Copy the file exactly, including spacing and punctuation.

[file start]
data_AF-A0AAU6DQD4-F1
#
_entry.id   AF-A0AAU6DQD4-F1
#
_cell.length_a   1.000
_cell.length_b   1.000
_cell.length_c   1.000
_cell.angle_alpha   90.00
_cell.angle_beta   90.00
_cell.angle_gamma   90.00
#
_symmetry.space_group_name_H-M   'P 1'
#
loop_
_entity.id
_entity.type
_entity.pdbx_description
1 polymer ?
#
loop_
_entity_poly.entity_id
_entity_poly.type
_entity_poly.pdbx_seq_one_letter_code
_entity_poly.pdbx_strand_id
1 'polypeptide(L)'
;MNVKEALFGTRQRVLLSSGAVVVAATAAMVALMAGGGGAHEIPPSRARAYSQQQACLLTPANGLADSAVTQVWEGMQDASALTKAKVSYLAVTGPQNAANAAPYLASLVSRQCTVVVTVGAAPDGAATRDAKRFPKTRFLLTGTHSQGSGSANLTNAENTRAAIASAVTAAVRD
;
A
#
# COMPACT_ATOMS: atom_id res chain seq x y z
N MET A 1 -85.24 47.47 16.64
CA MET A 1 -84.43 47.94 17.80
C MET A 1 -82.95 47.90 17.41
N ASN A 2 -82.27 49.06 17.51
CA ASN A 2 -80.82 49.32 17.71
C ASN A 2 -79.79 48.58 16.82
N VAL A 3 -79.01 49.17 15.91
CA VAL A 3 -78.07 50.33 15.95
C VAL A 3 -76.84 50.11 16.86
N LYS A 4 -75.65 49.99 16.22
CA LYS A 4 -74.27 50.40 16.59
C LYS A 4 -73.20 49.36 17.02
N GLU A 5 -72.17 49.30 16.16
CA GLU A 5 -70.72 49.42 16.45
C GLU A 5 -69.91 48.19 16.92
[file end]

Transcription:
data_AF-A0AAU6DQD4-F1
#
_entry.id   AF-A0AAU6DQD4-F1
#
_cell.length_a   1.000
_cell.length_b   1.000
_cell.length_c   1.000
_cell.angle_alpha   90.00
_cell.angle_beta   90.00
_cell.angle_gamma   90.00
#
_symmetry.space_group_name_H-M   'P 1'
#
loop_
_entity.id
_entity.type
_entity.pdbx_description
1 polymer ?
#
loop_
_entity_poly.entity_id
_entity_poly.type
_entity_poly.pdbx_seq_one_letter_code
_entity_poly.pdbx_strand_id
1 'polypeptide(L)'
;MNVKEALFGTRQRVLLSSGAVVVAATAAMVALMAGGGGAHEIPPSRARAYSQQQACLLTPANGLADSAVTQVWEGMQDASALTKAKVSYLAVTGPQNAANAAPYLASLVSRQCTVVVTVGAAPDGAATRDAKRFPKTRFLLTGTHSQGSGSANLTNAENTRAAIASAVTAAVRD
;
A
#
# COMPACT_ATOMS: atom_id res chain seq x y z
N MET A 1 -85.24 47.47 16.64
CA MET A 1 -84.43 47.94 17.80
C MET A 1 -82.95 47.90 17.41
N ASN A 2 -82.27 49.06 17.51
CA ASN A 2 -80.82 49.32 17.71
C ASN A 2 -79.79 48.58 16.82
N VAL A 3 -79.01 49.17 15.91
CA VAL A 3 -78.07 50.33 15.95
C VAL A 3 -76.84 50.11 16.86
N LYS A 4 -75.65 49.99 16.22
CA LYS A 4 -74.27 50.40 16.59
C LYS A 4 -73.20 49.36 17.02
N GLU A 5 -72.17 49.30 16.16
CA GLU A 5 -70.72 49.42 16.45
C GLU A 5 -69.91 48.19 16.92